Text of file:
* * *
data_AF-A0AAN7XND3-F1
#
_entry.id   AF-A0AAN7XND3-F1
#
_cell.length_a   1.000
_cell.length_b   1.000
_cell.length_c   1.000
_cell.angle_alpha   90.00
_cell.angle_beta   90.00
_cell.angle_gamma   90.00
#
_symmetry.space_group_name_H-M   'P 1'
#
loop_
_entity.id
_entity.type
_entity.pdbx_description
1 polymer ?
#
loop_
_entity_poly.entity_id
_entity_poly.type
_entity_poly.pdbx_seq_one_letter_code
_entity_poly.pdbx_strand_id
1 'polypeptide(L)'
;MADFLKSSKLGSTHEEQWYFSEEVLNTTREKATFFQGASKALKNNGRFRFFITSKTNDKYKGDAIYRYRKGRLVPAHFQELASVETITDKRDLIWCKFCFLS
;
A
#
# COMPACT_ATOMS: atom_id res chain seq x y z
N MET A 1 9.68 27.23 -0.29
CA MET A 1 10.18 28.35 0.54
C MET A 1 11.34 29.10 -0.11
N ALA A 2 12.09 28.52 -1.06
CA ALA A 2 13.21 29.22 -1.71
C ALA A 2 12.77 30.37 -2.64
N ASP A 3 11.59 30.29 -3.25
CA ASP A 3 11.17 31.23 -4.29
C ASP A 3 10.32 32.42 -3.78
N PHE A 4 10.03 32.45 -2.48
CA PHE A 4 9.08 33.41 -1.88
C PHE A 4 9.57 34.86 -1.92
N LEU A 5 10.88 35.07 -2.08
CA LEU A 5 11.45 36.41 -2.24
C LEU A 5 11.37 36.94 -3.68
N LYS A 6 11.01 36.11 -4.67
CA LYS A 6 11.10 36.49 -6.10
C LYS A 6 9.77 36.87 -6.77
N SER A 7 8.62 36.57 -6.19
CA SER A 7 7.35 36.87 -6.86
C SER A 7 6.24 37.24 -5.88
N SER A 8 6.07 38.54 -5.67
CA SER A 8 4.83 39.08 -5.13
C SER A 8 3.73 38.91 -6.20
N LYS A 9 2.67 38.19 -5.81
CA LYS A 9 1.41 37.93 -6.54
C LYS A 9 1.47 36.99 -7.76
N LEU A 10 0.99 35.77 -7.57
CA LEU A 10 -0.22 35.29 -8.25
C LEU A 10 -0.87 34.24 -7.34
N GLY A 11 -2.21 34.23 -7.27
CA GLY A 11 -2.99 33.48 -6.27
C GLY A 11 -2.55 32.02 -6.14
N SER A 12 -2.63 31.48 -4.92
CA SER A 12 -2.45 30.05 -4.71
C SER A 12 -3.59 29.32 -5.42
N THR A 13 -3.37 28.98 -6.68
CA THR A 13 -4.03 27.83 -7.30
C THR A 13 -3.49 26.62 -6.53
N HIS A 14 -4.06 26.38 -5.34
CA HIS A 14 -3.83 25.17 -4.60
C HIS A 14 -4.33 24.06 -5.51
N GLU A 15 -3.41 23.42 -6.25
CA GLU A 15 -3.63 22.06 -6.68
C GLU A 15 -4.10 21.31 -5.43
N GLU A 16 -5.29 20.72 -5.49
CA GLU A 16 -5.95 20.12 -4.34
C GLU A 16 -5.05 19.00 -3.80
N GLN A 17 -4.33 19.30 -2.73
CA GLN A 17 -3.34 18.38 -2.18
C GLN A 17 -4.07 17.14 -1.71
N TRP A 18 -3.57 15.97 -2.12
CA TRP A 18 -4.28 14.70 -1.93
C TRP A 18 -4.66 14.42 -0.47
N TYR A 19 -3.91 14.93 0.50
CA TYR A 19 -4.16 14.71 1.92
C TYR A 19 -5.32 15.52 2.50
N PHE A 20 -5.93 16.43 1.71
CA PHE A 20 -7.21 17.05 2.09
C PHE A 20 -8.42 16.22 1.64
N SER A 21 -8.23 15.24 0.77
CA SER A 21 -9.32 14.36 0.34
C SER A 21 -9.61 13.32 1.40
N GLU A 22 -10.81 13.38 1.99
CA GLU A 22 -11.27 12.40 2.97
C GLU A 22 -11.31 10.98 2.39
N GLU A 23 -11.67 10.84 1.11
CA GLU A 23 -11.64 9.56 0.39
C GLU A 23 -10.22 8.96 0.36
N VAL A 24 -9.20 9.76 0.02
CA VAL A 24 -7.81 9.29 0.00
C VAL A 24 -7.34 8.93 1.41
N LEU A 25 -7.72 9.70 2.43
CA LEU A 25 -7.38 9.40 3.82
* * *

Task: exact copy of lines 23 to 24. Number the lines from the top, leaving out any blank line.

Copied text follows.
_entity_poly.pdbx_seq_one_letter_code
_entity_poly.pdbx_strand_id